Physical Activity and Protein Needs Calculator

/Physical Activity and Protein Needs Calculator
Physical Activity and Protein Needs Calculator 2017-07-03T08:03:44+00:00

Protein Needs Calculator

Physical Activity and Protein Needs CalculatorThe recommended amount of protein needed per day shown from nutritional research is 0.8 grams of protein per kg of body weight for the normal person. Athletes in training are recommended to get 1.2 to 1.6 grams of protein per kg body weight per day.

Good sources of protein in addition to lean meats, fish, eggs and milk include:

  • Legumes (split peas, beans, lentils, garbanzos, kidney beans, navy beans, black beans, pintos, etc.)
  • Soy products (soy milk, tofu, soy beans, soy burgers, TVP, etc.)
  • Nuts and seeds (almonds, peanuts, peanut butter, sunflower seeds, etc.)
  • Whole grains and gluten products
  • Egg Beaters and other cholesterol free egg alternates
  • Even vegetables, salads, potatoes, etc. contribute a small amount of protein that helps compliment other proteins in the diet

About 15% of your total calories eaten should come from protein. By eating a variety of healthy foods to maintain your weight, you should be getting adequate protein. If you want to add a little extra to be sure, skim milk, non-fat yogurt, soy-milk, tofu, and soy nuts are inexpensive and rich sources of protein that can be easily added to your meals.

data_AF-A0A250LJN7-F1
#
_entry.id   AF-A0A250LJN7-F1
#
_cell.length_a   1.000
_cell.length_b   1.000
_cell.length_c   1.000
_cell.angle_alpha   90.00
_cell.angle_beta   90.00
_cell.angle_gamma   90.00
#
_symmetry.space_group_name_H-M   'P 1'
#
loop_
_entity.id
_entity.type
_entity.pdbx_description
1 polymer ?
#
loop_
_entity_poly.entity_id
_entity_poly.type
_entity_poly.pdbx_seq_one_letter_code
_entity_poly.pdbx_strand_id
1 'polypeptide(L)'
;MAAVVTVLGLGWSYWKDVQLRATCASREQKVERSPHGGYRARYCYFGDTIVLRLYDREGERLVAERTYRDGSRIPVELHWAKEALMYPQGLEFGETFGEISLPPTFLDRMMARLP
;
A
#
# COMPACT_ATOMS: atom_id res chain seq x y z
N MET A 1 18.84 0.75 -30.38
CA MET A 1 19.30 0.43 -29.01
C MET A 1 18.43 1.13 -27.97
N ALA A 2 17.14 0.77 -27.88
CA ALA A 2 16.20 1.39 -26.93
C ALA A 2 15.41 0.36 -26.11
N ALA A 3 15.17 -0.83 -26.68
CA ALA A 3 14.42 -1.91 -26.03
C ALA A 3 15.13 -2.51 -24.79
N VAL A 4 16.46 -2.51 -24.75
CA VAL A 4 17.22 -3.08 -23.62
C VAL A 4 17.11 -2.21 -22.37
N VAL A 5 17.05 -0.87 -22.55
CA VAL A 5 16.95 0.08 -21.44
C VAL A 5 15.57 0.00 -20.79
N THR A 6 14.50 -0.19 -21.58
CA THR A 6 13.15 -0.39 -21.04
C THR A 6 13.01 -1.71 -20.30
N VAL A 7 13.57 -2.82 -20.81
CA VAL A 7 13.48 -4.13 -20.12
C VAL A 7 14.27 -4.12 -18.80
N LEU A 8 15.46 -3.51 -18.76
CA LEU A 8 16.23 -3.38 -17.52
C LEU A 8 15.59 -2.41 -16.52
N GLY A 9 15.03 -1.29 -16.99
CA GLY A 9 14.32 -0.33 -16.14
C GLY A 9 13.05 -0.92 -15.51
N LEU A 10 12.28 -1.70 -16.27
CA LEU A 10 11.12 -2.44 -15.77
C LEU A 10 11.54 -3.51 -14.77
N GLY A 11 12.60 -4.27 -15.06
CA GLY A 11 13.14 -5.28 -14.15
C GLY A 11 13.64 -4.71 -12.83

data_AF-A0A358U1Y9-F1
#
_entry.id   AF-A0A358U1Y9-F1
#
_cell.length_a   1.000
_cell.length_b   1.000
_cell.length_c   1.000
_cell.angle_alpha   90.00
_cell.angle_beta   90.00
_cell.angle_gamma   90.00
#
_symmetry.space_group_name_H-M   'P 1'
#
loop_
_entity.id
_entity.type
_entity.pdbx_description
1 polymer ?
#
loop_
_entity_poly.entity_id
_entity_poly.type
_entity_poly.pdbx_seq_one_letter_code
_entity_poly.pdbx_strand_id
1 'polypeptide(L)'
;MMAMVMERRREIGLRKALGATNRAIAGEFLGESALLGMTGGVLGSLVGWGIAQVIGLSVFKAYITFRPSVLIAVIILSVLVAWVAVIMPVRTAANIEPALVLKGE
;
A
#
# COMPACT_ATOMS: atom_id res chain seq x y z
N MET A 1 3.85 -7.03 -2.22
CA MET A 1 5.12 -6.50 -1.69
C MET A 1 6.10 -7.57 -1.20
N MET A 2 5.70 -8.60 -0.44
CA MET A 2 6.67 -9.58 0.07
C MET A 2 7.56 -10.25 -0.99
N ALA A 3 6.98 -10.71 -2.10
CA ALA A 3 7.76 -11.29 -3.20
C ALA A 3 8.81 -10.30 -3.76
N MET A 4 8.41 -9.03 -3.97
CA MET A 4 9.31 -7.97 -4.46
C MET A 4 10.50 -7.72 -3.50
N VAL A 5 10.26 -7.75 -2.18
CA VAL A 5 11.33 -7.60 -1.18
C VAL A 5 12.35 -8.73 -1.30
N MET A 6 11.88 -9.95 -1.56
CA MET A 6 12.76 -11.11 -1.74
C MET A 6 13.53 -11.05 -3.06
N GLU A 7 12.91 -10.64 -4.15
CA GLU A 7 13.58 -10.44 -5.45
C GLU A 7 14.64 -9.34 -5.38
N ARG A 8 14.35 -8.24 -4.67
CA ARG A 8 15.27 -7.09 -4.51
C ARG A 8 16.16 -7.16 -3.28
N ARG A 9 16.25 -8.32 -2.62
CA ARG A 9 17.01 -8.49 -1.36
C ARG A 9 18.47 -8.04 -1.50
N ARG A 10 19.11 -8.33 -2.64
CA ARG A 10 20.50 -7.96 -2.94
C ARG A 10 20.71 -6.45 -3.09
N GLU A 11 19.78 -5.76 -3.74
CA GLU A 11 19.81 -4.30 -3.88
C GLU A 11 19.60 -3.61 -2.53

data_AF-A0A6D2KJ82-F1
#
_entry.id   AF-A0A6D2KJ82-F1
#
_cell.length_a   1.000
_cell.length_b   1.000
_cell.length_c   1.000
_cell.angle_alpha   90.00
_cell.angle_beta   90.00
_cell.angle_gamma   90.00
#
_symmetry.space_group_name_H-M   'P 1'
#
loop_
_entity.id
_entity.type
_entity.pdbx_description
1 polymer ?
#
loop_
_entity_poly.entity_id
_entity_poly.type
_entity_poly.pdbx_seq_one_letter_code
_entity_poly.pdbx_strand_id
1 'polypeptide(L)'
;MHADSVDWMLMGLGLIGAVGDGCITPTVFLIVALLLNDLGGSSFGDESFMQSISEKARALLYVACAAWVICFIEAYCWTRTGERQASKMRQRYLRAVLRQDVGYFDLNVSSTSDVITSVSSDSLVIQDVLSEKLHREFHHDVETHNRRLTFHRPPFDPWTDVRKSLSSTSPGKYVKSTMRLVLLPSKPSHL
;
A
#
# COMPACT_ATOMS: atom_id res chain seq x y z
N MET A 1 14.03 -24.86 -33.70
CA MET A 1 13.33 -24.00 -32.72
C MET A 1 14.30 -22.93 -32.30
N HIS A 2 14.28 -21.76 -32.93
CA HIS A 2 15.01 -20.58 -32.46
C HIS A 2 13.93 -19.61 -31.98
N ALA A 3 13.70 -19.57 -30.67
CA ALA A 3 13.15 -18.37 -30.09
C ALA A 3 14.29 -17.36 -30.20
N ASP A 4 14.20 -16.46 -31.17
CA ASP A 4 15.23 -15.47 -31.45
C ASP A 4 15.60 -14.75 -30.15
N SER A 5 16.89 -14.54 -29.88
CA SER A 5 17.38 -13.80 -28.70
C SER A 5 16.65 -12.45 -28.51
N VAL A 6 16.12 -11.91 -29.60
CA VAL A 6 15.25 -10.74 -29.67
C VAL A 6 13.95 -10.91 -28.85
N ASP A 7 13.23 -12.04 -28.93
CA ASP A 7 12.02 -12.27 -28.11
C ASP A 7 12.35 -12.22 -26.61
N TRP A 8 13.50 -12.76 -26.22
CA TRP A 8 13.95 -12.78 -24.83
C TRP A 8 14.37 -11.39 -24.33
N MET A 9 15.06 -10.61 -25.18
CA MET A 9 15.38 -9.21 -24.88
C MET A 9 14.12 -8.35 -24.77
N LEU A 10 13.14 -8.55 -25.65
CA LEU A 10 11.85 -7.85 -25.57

Athletes spend literally millions of dollars annually on protein powders, protein bars, shakes, and numerous types of amino acid supplements. They believe, because they’ve been told by those who sell these products, that they need large amounts of protein for use as fuel for exercise and to build strong muscles.

A report in the Sports Science Exchange Roundtable (Vol. 11, 2000) published by Gatorade Sports Science Institute, reviewed research on protein needs by athletes. Nutritional studies indicate the following facts and recommendations:

  • Almost all the fuel used to provide energy for sports come from carbohydrates and fats; proteins usually contribute only about 2% of the energy needed.
  • It is true that athletes need more protein in their diet, but they also need more calories, so by eating more food, they normally get more protein as well, enough to meet their needs when eating healthy meals.
  • It’s true that the protein in some foods ( e.g. eggs, milk, and meat) provides a high quality protein in a single food, better than most proteins from a single plant source.  However, when a variety of foods are eaten together, the plant proteins complement one another so that the end result is that they are just as high in protein quality (or mixture of amino acids) as meat. Thus, even plant proteins can supply the body all the amino acids required for optimum health.
  • Protein supplements add little if any benefit if the person is eating sufficient calories from a variety of healthy foods to maintain their weight.
  • If you wish to gain muscle mass, you must consume extra food energy in addition to adequate protein.


How much protein do you need, and where can you get it? Sport Science Exchange Roundtable, Vol. 11, 2000.